FX Excursions

FX Excursions offers the chance for once-in-a-lifetime experiences in destinations around the world.

Düsseldorf: Discover Düsseldorf

Jul 1, 2005
2005 / June-July 2005

The atmosphere was tranquil on this cool and crisp afternoon in Düsseldorf. Swans floated lazily under grand chestnut trees shading the wide canal that cut through the brick-lined avenue. I strolled around the corner from my hotel to one of the most famous shopping boulevards in the world, the 200-year-old Königsallee, dubbed the “Kö” by the locals.

The eastern side of the Kö is lined with one designer shop after another, housed in quaint storefronts sporting distinctive window dressings. In one shop window, mannequins were dressed in shopping bags. Another featured just black and yellow items. Wider entryways lead to multilevel indoor malls, where vendors sell clothing, jewelry, leather goods and antiques.

After browsing long enough to price the opulent merchandise, I crossed a cast-iron bridge to the other side of the canal, where I discovered a completely different landscape. Here the mid-rise brownstone buildings house mostly offices and banks. I was fascinated by the 100-year-old Deutsche Bank, lined on two sides, as you would expect, by teller windows. The rest of the interior, though, resembles a hotel lobby complete with couches and benches, paintings on the walls and a coffee bar, where I enjoyed a cup while watching Düsseldorfers go about their daily business.

I exited the bank through doors on its west side leading to Altstadt, or Old Town, which was almost destroyed by bombing during World War II. Today, Düsseldorf’s oldest quarter is a wonderful maze of vintage stone buildings, narrow alleys, towering church spires and historical monuments. Boutiques, restaurants and pubs occupy most storefronts, while museums pay homage to the works of such noted Germans as 18th century writer Johann Wolfgang von Goethe and 20th century painter Paul Klee.

It’s no secret that Germans enjoy a good beer. In fact, a friendly rivalry exists between the cities of Cologne and Düsseldorf. The question: who brews the best? Is it Düsseldorf’s Alt or Cologne’s Kolsch? It’s tough to decide — especially given that these are just two of the more than 5,000 different types of beer produced in Germany.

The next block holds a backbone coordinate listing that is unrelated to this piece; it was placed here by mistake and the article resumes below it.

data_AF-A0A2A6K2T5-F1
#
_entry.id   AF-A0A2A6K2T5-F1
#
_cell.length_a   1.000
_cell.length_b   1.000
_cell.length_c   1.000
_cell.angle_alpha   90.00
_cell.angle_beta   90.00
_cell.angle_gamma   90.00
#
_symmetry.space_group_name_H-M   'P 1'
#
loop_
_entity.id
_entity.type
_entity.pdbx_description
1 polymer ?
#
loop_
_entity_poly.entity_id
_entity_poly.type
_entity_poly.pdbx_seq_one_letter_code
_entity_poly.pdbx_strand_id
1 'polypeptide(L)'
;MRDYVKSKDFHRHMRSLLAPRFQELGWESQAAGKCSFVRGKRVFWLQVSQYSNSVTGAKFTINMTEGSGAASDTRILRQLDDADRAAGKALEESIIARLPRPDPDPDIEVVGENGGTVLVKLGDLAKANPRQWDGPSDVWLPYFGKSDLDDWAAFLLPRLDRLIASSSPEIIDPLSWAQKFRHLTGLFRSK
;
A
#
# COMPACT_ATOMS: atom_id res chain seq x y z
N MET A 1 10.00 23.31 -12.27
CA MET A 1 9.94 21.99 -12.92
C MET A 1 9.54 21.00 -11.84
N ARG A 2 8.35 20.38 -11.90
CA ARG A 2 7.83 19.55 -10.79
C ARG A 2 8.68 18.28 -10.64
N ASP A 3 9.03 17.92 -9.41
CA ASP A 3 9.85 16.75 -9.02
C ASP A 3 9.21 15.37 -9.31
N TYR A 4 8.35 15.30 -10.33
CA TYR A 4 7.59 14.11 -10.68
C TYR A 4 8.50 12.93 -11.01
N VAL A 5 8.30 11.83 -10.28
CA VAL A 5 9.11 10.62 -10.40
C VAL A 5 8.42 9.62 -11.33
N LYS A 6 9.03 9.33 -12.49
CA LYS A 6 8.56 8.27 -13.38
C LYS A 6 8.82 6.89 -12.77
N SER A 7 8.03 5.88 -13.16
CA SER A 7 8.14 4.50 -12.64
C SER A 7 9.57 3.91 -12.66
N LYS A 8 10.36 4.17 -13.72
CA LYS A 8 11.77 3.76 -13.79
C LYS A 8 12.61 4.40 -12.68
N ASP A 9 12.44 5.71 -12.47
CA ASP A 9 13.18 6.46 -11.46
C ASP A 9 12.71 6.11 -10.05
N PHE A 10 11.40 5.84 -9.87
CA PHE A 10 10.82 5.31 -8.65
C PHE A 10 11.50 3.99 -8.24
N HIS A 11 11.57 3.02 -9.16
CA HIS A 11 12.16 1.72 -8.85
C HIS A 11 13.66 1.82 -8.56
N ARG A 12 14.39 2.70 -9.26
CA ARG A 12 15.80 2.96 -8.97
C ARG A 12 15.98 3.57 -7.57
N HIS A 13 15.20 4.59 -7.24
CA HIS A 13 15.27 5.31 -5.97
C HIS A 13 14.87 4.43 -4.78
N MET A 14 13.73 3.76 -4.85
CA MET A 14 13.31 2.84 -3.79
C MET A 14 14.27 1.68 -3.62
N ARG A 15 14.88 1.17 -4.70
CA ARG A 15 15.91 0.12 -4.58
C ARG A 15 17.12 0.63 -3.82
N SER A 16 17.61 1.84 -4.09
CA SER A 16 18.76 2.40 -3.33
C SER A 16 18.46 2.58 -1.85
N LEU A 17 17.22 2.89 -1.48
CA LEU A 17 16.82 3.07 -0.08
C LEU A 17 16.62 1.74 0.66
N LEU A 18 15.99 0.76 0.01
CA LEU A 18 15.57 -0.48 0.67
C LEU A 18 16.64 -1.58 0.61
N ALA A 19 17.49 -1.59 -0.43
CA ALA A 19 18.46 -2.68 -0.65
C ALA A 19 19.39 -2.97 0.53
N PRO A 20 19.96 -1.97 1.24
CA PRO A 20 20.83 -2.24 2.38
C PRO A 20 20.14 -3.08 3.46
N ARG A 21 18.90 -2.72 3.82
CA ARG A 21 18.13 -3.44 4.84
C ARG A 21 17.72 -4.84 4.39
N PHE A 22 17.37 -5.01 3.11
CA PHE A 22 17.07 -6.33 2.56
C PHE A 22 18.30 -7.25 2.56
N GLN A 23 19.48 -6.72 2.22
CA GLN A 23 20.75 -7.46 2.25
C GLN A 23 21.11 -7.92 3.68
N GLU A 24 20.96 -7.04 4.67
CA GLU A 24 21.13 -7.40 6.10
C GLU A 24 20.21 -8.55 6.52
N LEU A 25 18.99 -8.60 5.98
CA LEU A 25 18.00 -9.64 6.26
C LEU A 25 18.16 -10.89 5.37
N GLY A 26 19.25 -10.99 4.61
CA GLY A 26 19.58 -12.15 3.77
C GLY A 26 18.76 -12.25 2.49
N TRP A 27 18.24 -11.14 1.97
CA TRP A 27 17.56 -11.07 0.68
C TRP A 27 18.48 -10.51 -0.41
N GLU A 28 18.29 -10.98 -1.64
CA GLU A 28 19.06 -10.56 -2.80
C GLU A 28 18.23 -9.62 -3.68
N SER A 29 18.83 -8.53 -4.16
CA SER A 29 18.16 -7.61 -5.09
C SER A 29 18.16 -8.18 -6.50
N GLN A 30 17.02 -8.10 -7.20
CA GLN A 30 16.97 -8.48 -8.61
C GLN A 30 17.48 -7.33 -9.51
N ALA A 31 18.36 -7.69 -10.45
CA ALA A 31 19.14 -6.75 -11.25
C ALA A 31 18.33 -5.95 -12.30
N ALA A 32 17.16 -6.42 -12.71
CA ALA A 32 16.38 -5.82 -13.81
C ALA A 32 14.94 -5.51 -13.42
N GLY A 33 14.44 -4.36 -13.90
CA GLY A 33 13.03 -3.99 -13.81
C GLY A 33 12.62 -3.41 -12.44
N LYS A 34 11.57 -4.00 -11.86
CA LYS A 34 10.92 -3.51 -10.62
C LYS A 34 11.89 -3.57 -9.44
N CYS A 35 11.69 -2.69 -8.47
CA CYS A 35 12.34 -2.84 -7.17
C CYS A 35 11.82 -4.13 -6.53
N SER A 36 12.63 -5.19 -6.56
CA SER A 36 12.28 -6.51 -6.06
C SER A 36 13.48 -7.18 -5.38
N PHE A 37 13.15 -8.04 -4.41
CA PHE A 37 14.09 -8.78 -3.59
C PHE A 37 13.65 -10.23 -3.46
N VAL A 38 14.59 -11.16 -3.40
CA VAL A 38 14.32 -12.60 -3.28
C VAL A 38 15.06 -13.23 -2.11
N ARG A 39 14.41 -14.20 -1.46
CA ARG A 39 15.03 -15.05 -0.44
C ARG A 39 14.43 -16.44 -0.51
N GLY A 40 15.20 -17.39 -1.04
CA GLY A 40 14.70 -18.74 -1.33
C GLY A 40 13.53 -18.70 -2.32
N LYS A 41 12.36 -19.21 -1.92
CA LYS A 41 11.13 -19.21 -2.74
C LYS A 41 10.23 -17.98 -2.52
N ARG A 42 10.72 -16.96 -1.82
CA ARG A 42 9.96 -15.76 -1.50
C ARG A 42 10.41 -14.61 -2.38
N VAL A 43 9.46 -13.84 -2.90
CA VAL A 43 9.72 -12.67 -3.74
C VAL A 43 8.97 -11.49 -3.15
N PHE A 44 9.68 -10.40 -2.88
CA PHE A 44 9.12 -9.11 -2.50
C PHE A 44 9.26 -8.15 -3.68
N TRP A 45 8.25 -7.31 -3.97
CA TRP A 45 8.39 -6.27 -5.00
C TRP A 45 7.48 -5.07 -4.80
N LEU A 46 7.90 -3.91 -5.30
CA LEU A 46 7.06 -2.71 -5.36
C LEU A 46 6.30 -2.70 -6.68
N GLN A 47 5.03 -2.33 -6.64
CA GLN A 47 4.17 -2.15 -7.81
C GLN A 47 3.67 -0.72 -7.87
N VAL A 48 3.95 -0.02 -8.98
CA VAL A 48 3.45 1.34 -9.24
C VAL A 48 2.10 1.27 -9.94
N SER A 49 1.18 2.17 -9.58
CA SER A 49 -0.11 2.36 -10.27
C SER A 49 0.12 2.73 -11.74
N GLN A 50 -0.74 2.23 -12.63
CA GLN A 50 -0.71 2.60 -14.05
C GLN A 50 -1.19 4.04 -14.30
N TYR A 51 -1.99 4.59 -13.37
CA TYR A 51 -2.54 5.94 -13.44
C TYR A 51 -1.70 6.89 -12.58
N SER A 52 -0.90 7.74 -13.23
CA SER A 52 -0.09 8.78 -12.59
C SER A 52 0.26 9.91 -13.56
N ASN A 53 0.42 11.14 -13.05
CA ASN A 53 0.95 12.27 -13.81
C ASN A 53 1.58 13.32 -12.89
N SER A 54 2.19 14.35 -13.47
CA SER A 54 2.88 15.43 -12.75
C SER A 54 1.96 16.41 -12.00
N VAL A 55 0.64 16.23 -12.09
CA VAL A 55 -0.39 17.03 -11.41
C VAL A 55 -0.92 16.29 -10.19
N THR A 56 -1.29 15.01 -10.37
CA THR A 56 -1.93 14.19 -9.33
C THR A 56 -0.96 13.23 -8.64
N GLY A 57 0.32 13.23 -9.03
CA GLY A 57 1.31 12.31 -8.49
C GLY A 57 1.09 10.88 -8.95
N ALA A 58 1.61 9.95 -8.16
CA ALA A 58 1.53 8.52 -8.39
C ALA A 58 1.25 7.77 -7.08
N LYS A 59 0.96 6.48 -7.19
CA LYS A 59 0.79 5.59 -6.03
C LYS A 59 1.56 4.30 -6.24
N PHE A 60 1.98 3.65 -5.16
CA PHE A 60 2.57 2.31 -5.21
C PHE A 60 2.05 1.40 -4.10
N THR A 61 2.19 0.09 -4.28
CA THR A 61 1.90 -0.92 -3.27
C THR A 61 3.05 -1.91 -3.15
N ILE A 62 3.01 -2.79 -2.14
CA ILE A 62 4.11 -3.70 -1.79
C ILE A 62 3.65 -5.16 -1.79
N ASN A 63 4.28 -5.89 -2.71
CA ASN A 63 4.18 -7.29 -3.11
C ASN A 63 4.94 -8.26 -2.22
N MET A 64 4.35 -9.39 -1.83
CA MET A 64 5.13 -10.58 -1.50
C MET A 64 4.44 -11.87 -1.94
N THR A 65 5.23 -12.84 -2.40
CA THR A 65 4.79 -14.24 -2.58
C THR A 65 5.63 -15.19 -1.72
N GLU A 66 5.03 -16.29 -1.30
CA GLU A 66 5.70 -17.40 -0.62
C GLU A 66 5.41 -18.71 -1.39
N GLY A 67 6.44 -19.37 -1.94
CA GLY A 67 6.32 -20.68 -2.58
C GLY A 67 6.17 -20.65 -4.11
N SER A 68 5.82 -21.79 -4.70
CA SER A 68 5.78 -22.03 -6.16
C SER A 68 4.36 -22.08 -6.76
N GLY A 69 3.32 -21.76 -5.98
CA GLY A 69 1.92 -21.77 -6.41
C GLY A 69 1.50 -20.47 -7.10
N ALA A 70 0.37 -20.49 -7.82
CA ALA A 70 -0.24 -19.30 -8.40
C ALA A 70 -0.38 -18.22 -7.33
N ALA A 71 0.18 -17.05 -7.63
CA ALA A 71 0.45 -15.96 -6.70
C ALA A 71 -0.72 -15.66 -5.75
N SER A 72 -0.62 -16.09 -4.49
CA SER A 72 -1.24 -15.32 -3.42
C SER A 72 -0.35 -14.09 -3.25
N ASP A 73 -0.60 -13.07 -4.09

One evening, my friends and I managed to squeeze our way into a crowded tavern. Waiters rushed around, arms overhead, bearing trays of sloshing steins. As they slapped the beers onto the table, they ticked a card with a black marker, keeping count of our tab. Patrons came in all shapes and sizes. Gray-haired couples in sturdy pants and walking boots raised their glasses next to long-legged fraüleins decked out in fishnet stockings and impossibly high heels while young men — cool and blasé — lounged against the wall, taking in the scene.

Two or three days is not enough to see all of Düsseldorf’s highlights. We had to choose from among the Navigational Museum in the Old Tower, Barbarossa’s 12th century castle ruins and the 18th century landmark Benrath Castle. We chose Benrath Castle.

Overlooking the Rhine River, the castle is situated on 156 acres of extravagant landscape adorned with ornamental shrubs, spouting fountains and English gardens. The baroque-style castle has sprawling wings and a grand center topped by a towering dome, and features parquet floors, polished paneled walls and a beautifully carved stucco ceiling. Period furniture, old-world paintings and ornate mirrors decorate the magnificent main hall. The east wing houses the Museum of European Garden Art and the west wing contains a natural history museum.

Our plans that afternoon included touring Düsseldorf’s newest enterprise, the Media Mile. Once the site of dilapidated harborside warehouses, it was redeveloped by foreign and local investors and now is home to an assortment of communications firms, fashion designers and advertising agencies, among others. We walked along the river’s promenade past a group of oddly shaped steel high-rises sparkling in the sun. Designed by Frank O. Gehry, the award-winning Canadian-born architect who built the Guggenheim Museum in Bilbao, Spain, the buildings seemed to tilt and sway in the light.

As we made our way around the city’s distinctive districts, it became obvious that life is good in Düsseldorf. The streets are clean and spacious, not congested. There is plenty of open green space, and the river bustles with the activity of barges and sightseeing charters. Promenades and plazas throughout the city overflow with visitors perusing dozens upon dozens of outdoor booths brimming with crafts and souvenirs.

I wandered alone on my final day in Düsseldorf. Taking a solitary stroll along the Königsallee, I found myself drawn again to Deutsche Bank. It occurred to me the bank is like a microcosm of the city and its people, their culture and spirit. It’s a place where Düsseldorfers go about their daily business, bank statement in one hand and a cup of steaming coffee in the other.

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FX Excursions

FX Excursions offers the chance for once-in-a-lifetime experiences in destinations around the world.

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